Sarasota, Florida is actively working to only incarcerate the most heinous criminals:

Around 700 people
per year who used to go to the jail are not taken there any more after
Sarasota County committed $1 million annually to operate an “adult
addictions receiving facility” at First Step of Sarasota Inc. The
facility expanded from a 15-bed voluntary treatment center to a 30-bed,
locked and secure facility in 2006, for people detained as alcoholics
or substance abusers who pose a threat to themselves or others.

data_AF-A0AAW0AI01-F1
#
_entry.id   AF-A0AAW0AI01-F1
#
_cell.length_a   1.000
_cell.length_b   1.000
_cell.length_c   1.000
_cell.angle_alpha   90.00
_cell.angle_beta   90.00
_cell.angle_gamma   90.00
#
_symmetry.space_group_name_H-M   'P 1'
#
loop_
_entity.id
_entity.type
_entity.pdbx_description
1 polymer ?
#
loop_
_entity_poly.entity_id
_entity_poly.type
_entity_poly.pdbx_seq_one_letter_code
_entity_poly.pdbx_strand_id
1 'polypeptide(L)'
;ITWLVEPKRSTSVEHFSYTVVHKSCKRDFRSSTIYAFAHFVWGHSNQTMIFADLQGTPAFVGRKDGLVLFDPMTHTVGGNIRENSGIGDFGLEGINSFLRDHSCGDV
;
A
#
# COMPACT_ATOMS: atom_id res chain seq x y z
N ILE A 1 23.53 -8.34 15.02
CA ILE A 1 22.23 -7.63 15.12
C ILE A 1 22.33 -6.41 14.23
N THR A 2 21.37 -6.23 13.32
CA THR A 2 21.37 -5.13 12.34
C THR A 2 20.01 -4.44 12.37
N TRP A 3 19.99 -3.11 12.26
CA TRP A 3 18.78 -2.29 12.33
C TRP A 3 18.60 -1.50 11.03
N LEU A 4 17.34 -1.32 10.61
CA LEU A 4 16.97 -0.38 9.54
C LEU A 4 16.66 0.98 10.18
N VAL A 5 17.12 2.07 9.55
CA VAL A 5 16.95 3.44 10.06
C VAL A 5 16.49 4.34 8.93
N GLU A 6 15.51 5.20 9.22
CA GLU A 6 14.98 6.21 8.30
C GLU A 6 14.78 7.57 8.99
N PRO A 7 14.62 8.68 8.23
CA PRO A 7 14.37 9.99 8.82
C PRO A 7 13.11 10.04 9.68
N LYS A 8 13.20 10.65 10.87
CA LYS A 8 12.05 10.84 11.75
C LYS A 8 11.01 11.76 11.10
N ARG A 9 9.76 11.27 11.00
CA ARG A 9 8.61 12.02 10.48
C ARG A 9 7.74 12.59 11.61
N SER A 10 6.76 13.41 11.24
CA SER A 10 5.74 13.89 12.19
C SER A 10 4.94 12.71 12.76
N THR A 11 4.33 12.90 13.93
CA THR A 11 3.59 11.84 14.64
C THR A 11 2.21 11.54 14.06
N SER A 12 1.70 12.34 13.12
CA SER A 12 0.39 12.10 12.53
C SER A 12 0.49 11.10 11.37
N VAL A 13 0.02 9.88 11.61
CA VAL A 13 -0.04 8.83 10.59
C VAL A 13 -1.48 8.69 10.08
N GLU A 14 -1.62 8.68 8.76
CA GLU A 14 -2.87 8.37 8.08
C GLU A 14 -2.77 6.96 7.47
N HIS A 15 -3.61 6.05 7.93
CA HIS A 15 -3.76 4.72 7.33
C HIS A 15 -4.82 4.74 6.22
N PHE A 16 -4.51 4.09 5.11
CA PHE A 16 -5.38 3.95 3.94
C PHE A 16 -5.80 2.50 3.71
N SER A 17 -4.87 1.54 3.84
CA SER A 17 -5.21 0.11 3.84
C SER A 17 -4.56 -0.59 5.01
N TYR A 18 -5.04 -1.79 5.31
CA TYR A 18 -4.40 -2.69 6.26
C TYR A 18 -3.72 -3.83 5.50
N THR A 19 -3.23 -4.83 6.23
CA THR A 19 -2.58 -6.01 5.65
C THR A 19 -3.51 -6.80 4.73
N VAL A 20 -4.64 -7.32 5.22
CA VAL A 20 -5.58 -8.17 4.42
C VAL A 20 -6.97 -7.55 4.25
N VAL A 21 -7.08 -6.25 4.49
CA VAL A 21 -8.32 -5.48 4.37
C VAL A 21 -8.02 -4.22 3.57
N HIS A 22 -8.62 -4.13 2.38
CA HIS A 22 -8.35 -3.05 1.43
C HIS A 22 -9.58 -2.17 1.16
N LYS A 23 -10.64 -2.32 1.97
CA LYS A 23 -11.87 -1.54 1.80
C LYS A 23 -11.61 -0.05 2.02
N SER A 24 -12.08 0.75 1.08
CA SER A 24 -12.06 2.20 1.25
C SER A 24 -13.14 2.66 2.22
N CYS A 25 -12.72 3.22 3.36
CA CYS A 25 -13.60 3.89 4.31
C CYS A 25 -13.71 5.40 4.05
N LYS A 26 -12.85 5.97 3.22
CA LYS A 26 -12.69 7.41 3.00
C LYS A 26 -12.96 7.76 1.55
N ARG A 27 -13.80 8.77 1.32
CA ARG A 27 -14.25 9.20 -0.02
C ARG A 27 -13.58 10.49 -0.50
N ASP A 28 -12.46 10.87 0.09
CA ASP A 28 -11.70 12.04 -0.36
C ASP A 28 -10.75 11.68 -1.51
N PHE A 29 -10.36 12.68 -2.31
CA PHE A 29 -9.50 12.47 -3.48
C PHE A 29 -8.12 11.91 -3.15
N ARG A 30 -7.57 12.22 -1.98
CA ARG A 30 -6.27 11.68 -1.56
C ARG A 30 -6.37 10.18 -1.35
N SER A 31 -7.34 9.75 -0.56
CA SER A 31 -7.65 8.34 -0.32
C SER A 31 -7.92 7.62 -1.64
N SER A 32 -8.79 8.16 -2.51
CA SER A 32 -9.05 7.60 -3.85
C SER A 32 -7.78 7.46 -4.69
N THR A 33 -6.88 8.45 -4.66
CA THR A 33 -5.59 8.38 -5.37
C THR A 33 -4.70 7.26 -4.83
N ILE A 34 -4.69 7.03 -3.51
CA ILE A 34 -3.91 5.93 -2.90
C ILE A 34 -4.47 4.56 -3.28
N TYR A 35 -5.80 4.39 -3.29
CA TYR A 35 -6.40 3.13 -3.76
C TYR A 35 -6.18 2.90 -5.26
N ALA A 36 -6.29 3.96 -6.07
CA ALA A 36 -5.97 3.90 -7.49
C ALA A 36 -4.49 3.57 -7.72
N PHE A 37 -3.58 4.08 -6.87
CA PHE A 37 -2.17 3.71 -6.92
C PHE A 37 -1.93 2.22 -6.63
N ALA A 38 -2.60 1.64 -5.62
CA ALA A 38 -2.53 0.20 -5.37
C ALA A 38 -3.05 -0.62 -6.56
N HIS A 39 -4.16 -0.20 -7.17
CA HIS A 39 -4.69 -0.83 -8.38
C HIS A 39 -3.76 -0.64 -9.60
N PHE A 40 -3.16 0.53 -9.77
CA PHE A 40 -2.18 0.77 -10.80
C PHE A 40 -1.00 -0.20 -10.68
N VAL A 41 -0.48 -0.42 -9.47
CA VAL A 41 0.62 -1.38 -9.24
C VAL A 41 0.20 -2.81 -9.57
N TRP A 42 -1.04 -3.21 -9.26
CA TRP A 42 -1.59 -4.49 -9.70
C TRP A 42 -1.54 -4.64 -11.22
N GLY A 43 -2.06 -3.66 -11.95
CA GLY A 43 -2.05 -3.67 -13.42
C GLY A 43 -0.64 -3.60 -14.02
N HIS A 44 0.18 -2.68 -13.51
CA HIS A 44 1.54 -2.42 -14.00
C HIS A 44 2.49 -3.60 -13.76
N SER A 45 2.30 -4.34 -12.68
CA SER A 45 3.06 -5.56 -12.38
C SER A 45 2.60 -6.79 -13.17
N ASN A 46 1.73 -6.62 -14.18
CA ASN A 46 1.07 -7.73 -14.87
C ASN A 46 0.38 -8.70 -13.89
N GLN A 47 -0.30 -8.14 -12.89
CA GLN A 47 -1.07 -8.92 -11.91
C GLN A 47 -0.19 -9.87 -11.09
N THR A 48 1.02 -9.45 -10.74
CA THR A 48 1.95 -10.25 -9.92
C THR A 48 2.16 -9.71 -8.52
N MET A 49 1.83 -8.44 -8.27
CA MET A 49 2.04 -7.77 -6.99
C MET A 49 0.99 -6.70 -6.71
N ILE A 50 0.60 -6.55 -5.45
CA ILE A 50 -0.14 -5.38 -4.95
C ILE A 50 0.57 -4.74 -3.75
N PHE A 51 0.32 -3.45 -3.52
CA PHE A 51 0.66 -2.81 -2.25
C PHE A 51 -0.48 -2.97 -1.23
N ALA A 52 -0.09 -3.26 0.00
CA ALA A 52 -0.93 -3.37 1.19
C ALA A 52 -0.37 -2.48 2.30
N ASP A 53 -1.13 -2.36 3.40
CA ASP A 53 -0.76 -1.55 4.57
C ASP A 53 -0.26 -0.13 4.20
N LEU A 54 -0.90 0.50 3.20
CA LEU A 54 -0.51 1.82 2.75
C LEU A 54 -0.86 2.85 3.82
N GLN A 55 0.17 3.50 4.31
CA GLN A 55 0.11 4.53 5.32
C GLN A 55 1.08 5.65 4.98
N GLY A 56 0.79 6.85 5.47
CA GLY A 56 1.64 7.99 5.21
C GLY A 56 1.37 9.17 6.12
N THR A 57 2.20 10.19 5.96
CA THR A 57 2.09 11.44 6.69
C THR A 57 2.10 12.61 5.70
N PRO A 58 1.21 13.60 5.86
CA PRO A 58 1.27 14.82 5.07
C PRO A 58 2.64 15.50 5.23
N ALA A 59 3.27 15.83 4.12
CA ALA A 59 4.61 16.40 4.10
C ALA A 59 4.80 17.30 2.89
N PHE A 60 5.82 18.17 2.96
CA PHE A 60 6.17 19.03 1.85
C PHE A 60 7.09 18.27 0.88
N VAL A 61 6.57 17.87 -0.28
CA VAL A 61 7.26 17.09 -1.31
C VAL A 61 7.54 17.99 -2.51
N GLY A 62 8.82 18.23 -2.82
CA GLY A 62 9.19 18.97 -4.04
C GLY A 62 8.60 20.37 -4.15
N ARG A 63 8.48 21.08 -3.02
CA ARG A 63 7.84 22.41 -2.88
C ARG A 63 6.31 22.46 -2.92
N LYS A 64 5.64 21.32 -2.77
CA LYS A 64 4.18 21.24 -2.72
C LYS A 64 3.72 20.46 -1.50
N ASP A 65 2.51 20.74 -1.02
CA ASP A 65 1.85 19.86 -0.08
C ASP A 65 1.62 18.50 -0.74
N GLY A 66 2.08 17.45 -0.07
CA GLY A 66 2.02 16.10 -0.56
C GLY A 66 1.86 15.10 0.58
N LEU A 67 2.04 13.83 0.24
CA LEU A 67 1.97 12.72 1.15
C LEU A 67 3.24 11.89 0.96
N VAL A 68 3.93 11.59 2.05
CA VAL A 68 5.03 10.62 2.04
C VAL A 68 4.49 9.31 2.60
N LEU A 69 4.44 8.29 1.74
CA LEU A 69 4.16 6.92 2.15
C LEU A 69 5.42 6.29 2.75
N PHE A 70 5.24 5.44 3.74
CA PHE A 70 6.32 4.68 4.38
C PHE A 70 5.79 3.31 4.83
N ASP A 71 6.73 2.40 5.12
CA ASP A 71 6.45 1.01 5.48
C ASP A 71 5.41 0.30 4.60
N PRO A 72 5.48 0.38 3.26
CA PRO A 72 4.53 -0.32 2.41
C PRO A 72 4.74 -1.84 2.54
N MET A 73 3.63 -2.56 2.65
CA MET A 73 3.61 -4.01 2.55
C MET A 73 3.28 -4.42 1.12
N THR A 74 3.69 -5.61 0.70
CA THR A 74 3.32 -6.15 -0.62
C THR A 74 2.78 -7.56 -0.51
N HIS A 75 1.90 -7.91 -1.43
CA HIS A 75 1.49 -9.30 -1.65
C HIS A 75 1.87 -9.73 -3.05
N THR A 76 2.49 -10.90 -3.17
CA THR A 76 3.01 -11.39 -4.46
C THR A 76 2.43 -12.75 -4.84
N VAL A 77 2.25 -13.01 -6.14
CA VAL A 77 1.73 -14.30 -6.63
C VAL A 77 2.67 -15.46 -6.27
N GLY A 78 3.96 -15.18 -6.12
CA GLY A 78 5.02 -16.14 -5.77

Previously, officers had little other choice but the jail when
they arrested people under Florida’s Marchman Act. The number of people
booked into the jail under the Marchman Act has dropped from 868 in
2004 to 114 this year, said county Criminal Justice Coordinator Wayne
Applebee. The county also has spent $3.5 million since 2006 on a
10-week substance abuse program and transitional housing for those who
complete it, with the idea of rehabilitating the inmates so they do not
return to crime.

Other municipalities must follow Sarasota’s fine lead. Educating,
reforming and helping  the fallen — is much cheaper in the short run
and more beneficial to the community in the long run — than jailing
non-dangerous offenders.